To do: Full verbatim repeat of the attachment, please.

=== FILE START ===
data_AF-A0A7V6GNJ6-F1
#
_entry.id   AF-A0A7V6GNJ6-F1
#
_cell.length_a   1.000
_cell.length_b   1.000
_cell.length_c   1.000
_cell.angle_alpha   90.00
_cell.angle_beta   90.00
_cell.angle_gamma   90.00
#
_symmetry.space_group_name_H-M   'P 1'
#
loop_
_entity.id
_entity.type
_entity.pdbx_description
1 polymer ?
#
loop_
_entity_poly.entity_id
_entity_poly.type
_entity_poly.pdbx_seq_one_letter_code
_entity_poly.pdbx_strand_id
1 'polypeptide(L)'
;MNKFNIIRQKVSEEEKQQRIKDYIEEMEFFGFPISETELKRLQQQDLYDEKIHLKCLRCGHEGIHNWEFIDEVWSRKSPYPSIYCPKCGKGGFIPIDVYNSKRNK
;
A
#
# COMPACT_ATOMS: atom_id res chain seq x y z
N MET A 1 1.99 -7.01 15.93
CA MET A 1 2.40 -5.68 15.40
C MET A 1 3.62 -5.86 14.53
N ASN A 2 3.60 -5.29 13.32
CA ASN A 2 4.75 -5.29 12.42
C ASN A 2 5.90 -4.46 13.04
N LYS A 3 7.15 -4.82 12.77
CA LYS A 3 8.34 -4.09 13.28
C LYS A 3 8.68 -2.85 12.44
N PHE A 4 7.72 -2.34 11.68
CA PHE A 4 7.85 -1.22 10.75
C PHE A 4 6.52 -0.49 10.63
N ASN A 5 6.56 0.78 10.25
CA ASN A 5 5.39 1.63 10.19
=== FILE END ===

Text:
data_AF-A0A7V6GNJ6-F1
#
_entry.id   AF-A0A7V6GNJ6-F1
#
_cell.length_a   1.000
_cell.length_b   1.000
_cell.length_c   1.000
_cell.angle_alpha   90.00
_cell.angle_beta   90.00
_cell.angle_gamma   90.00
#
_symmetry.space_group_name_H-M   'P 1'
#
loop_
_entity.id
_entity.type
_entity.pdbx_description
1 polymer ?
#
loop_
_entity_poly.entity_id
_entity_poly.type
_entity_poly.pdbx_seq_one_letter_code
_entity_poly.pdbx_strand_id
1 'polypeptide(L)'
;MNKFNIIRQKVSEEEKQQRIKDYIEEMEFFGFPISETELKRLQQQDLYDEKIHLKCLRCGHEGIHNWEFIDEVWSRKSPYPSIYCPKCGKGGFIPIDVYNSKRNK
;
A
#
# COMPACT_ATOMS: atom_id res chain seq x y z
N MET A 1 1.99 -7.01 15.93
CA MET A 1 2.40 -5.68 15.40
C MET A 1 3.62 -5.86 14.53
N ASN A 2 3.60 -5.29 13.32
CA ASN A 2 4.75 -5.29 12.42
C ASN A 2 5.90 -4.46 13.04
N LYS A 3 7.15 -4.82 12.77
CA LYS A 3 8.34 -4.09 13.28
C LYS A 3 8.68 -2.85 12.44
N PHE A 4 7.72 -2.34 11.68
CA PHE A 4 7.85 -1.22 10.75
C PHE A 4 6.52 -0.49 10.63
N ASN A 5 6.56 0.78 10.25
CA ASN A 5 5.39 1.63 10.19